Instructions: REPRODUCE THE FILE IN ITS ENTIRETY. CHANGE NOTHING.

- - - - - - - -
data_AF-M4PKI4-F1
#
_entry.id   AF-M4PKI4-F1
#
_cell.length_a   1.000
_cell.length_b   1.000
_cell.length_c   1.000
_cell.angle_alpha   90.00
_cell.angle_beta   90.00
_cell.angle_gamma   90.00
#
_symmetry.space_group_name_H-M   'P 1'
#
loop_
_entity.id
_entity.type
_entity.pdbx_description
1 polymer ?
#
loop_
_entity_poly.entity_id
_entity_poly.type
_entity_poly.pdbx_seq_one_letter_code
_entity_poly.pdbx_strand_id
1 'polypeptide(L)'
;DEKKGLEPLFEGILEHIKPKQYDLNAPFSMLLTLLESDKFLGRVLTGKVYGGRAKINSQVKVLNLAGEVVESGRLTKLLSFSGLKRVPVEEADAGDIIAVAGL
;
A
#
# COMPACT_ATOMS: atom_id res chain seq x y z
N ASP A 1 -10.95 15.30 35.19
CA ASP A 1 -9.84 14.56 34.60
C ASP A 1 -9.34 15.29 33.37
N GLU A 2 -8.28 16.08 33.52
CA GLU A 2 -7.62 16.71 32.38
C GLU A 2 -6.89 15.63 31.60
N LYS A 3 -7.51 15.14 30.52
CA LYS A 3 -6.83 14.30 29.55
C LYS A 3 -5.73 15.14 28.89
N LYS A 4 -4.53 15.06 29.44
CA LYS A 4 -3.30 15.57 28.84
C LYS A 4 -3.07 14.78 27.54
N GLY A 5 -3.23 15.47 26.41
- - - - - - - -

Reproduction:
data_AF-M4PKI4-F1
#
_entry.id   AF-M4PKI4-F1
#
_cell.length_a   1.000
_cell.length_b   1.000
_cell.length_c   1.000
_cell.angle_alpha   90.00
_cell.angle_beta   90.00
_cell.angle_gamma   90.00
#
_symmetry.space_group_name_H-M   'P 1'
#
loop_
_entity.id
_entity.type
_entity.pdbx_description
1 polymer ?
#
loop_
_entity_poly.entity_id
_entity_poly.type
_entity_poly.pdbx_seq_one_letter_code
_entity_poly.pdbx_strand_id
1 'polypeptide(L)'
;DEKKGLEPLFEGILEHIKPKQYDLNAPFSMLLTLLESDKFLGRVLTGKVYGGRAKINSQVKVLNLAGEVVESGRLTKLLSFSGLKRVPVEEADAGDIIAVAGL
;
A
#
# COMPACT_ATOMS: atom_id res chain seq x y z
N ASP A 1 -10.95 15.30 35.19
CA ASP A 1 -9.84 14.56 34.60
C ASP A 1 -9.34 15.29 33.37
N GLU A 2 -8.28 16.08 33.52
CA GLU A 2 -7.62 16.71 32.38
C GLU A 2 -6.89 15.63 31.60
N LYS A 3 -7.51 15.14 30.52
CA LYS A 3 -6.83 14.30 29.55
C LYS A 3 -5.73 15.14 28.89
N LYS A 4 -4.53 15.06 29.44
CA LYS A 4 -3.30 15.57 28.84
C LYS A 4 -3.07 14.78 27.54
N GLY A 5 -3.23 15.47 26.41